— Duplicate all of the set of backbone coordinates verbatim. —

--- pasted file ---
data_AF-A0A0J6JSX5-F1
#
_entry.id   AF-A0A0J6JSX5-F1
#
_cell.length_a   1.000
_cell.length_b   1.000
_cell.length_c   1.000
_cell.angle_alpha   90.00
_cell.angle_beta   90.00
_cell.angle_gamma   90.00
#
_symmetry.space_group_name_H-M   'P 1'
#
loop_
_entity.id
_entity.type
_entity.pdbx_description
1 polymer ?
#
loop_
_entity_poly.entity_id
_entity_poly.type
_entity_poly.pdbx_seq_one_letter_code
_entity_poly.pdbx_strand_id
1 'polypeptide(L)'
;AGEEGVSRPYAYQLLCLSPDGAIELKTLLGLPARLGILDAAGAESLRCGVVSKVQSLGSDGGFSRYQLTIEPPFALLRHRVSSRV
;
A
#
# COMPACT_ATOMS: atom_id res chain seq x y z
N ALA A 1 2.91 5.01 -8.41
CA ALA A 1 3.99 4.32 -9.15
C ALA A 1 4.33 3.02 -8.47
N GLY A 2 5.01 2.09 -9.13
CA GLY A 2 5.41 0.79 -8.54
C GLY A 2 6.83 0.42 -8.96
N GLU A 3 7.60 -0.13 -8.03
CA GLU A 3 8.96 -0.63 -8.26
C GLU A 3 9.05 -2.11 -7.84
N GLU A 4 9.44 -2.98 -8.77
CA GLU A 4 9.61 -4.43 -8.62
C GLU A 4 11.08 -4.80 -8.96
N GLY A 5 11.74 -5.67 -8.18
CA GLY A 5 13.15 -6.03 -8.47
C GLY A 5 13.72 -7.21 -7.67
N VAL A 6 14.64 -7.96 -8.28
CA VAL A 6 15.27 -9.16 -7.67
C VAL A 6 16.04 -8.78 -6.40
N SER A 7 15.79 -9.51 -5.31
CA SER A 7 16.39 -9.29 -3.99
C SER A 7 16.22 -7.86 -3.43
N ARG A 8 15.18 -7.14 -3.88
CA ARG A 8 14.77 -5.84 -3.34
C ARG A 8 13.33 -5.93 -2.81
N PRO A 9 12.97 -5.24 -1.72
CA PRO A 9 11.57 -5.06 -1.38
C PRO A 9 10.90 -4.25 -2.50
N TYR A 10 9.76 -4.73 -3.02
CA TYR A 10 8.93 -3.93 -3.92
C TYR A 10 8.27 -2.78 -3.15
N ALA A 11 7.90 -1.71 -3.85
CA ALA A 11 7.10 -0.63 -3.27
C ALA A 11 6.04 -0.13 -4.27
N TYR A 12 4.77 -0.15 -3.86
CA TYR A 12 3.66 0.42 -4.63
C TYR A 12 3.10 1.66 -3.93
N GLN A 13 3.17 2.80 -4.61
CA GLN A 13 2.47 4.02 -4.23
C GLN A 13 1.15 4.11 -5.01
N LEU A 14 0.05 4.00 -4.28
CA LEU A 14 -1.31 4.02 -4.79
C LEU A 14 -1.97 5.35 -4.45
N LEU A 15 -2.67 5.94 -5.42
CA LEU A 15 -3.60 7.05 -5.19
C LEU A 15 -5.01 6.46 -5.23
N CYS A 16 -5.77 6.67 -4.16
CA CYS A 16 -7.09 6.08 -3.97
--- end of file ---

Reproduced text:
data_AF-A0A0J6JSX5-F1
#
_entry.id   AF-A0A0J6JSX5-F1
#
_cell.length_a   1.000
_cell.length_b   1.000
_cell.length_c   1.000
_cell.angle_alpha   90.00
_cell.angle_beta   90.00
_cell.angle_gamma   90.00
#
_symmetry.space_group_name_H-M   'P 1'
#
loop_
_entity.id
_entity.type
_entity.pdbx_description
1 polymer ?
#
loop_
_entity_poly.entity_id
_entity_poly.type
_entity_poly.pdbx_seq_one_letter_code
_entity_poly.pdbx_strand_id
1 'polypeptide(L)'
;AGEEGVSRPYAYQLLCLSPDGAIELKTLLGLPARLGILDAAGAESLRCGVVSKVQSLGSDGGFSRYQLTIEPPFALLRHRVSSRV
;
A
#
# COMPACT_ATOMS: atom_id res chain seq x y z
N ALA A 1 2.91 5.01 -8.41
CA ALA A 1 3.99 4.32 -9.15
C ALA A 1 4.33 3.02 -8.47
N GLY A 2 5.01 2.09 -9.13
CA GLY A 2 5.41 0.79 -8.54
C GLY A 2 6.83 0.42 -8.96
N GLU A 3 7.60 -0.13 -8.03
CA GLU A 3 8.96 -0.63 -8.26
C GLU A 3 9.05 -2.11 -7.84
N GLU A 4 9.44 -2.98 -8.77
CA GLU A 4 9.61 -4.43 -8.62
C GLU A 4 11.08 -4.80 -8.96
N GLY A 5 11.74 -5.67 -8.18
CA GLY A 5 13.15 -6.03 -8.47
C GLY A 5 13.72 -7.21 -7.67
N VAL A 6 14.64 -7.96 -8.28
CA VAL A 6 15.27 -9.16 -7.67
C VAL A 6 16.04 -8.78 -6.40
N SER A 7 15.79 -9.51 -5.31
CA SER A 7 16.39 -9.29 -3.99
C SER A 7 16.22 -7.86 -3.43
N ARG A 8 15.18 -7.14 -3.88
CA ARG A 8 14.77 -5.84 -3.34
C ARG A 8 13.33 -5.93 -2.81
N PRO A 9 12.97 -5.24 -1.72
CA PRO A 9 11.57 -5.06 -1.38
C PRO A 9 10.90 -4.25 -2.50
N TYR A 10 9.76 -4.73 -3.02
CA TYR A 10 8.93 -3.93 -3.92
C TYR A 10 8.27 -2.78 -3.15
N ALA A 11 7.90 -1.71 -3.85
CA ALA A 11 7.10 -0.63 -3.27
C ALA A 11 6.04 -0.13 -4.27
N TYR A 12 4.77 -0.15 -3.86
CA TYR A 12 3.66 0.42 -4.63
C TYR A 12 3.10 1.66 -3.93
N GLN A 13 3.17 2.80 -4.61
CA GLN A 13 2.47 4.02 -4.23
C GLN A 13 1.15 4.11 -5.01
N LEU A 14 0.05 4.00 -4.28
CA LEU A 14 -1.31 4.02 -4.79
C LEU A 14 -1.97 5.35 -4.45
N LEU A 15 -2.67 5.94 -5.42
CA LEU A 15 -3.60 7.05 -5.19
C LEU A 15 -5.01 6.46 -5.23
N CYS A 16 -5.77 6.67 -4.16
CA CYS A 16 -7.09 6.08 -3.97